To obtain subjective data about residents’ self-perceived workload, interns were surveyed regarding their own workload intensity, as described by cloud status. Twenty-two of 26 residents responded with a rating between 1 and 10, with 1 corresponding to a “very white cloud” and 10 a “very black cloud.” The survey was approved by the Stanford University institutional review board under protocol ID 29539.
Tables 1 and 2 shows the number of notes written and orders entered by rotation and in aggregate. The total number of notes written per intern in core rotations ranged from 595 to 945 (mean = 780, SD = 80). The total number of orders entered per intern ranged from 1776 to 6004 (mean = 4316, SD = 1057). On average, the high workload residents, defined as the top quartile of combined note-writing and order-entering workload intensity, wrote 91% more orders and 19% more notes than the low workload residents in the bottom quartile.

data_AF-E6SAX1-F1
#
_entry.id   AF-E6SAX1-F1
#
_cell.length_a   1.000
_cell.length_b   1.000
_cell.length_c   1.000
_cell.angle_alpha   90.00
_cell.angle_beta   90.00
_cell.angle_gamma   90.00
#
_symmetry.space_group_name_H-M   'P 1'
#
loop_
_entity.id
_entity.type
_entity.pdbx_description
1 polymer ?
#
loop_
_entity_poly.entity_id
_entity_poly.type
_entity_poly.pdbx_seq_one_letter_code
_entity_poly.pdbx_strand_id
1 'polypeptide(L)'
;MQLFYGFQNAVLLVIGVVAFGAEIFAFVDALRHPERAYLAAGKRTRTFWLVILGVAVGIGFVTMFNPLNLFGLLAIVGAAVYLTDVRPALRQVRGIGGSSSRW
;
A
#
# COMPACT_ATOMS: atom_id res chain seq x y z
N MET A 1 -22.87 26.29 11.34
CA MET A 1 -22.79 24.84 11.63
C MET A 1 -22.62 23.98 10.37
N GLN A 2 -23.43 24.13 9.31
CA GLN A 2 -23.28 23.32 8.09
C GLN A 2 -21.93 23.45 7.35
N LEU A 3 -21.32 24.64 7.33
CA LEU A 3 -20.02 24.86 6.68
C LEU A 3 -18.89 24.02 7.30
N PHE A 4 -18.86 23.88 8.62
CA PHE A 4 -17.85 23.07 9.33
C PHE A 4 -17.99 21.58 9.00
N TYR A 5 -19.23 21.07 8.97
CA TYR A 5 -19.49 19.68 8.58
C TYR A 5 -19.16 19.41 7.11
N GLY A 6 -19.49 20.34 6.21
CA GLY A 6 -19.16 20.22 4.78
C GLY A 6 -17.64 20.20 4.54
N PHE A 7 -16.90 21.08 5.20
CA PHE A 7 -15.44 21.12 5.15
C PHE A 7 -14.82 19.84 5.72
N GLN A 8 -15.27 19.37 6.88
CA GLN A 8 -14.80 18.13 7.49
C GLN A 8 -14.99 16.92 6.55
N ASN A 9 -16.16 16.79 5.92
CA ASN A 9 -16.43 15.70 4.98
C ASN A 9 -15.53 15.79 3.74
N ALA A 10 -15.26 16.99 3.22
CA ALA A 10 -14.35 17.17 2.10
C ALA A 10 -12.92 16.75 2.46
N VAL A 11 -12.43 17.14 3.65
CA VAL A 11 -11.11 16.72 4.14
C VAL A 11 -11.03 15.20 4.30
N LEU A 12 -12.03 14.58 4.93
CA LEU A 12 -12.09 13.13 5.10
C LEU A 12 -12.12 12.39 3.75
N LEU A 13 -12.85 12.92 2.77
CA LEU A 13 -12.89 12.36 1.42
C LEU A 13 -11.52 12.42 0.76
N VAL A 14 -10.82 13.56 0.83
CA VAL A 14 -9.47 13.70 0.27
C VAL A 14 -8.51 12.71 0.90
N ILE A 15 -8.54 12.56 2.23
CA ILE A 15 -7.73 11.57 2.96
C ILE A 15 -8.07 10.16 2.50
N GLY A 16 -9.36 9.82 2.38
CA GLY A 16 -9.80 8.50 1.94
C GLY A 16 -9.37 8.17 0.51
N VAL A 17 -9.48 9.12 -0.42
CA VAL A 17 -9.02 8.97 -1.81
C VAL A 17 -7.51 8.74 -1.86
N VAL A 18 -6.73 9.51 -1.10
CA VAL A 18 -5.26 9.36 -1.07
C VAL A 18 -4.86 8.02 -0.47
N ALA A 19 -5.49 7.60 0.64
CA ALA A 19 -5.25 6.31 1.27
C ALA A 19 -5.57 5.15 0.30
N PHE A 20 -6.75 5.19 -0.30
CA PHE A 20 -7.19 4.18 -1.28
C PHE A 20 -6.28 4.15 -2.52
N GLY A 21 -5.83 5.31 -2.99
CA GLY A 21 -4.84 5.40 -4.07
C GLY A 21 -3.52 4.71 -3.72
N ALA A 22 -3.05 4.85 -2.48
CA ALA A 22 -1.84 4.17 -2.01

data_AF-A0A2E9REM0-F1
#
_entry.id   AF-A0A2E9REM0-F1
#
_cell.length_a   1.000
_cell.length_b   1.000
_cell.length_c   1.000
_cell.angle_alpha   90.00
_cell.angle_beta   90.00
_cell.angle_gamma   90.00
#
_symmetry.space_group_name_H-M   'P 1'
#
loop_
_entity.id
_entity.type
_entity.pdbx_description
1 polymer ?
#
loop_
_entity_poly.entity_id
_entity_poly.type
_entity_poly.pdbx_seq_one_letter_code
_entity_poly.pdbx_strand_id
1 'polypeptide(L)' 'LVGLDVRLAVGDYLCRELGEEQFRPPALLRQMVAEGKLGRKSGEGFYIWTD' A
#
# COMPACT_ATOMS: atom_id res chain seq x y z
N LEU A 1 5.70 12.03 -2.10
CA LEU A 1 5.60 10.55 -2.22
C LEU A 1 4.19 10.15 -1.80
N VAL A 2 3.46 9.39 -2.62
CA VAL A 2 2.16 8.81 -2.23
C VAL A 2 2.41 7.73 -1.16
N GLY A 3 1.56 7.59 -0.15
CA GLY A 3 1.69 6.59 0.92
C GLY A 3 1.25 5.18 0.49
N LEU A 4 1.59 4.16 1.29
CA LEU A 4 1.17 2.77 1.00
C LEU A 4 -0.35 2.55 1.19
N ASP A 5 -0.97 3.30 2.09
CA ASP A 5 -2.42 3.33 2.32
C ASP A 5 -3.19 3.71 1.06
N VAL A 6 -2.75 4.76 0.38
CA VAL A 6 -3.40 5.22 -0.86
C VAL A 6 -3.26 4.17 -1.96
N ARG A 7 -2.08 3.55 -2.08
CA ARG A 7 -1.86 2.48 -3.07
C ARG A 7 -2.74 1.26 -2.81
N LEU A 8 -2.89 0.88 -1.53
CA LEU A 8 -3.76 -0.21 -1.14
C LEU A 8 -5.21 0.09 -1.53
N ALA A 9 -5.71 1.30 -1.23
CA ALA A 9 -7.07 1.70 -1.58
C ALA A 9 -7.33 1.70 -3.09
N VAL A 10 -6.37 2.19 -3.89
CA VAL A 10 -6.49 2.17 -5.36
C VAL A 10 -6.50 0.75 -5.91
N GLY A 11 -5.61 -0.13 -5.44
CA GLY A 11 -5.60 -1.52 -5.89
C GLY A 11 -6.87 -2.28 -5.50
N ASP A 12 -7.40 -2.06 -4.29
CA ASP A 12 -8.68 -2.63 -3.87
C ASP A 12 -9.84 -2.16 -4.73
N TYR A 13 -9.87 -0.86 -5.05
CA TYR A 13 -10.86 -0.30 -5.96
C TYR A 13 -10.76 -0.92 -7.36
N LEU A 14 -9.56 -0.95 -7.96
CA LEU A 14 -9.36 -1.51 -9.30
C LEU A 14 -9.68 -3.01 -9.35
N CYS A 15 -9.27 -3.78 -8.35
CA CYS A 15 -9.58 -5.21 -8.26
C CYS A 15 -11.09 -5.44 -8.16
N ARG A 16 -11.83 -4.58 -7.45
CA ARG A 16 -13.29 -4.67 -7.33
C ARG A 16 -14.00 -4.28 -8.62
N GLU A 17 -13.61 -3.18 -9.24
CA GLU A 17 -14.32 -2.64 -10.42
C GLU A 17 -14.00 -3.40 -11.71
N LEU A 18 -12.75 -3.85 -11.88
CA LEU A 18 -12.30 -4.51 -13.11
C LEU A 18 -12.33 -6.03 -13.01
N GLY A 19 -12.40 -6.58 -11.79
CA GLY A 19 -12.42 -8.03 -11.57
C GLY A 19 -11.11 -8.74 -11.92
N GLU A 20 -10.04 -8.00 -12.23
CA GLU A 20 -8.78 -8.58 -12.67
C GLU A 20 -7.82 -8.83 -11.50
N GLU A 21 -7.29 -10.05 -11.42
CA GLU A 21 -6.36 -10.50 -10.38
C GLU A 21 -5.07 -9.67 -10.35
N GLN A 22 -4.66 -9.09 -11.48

The intensity of each resident’s workload was plotted by rotation. Figure 2A shows the percentage of total orders entered by each resident, by rotation and in aggregate. Figure 2B shows data for note-writing. There was statistically significant order-entry and note-writing workload variability when analyzed by rotation and in aggregate, as calculated by χ2 test (P < .001).
Each resident’s note-writing workload intensity was also compared with her or his order-entry workload intensity, as shown in Fig 3. Interns in the right upper quadrant wrote an above-average number of notes and entered an above-average number of orders during their intern year. Residents in the left lower quadrant had a below-average workload for both note-writing and order-entry. There was a statistically significant correlation between note-writing and order-entry workload intensity as calculated by linear regression analysis (R2 = 0.22, P = .02).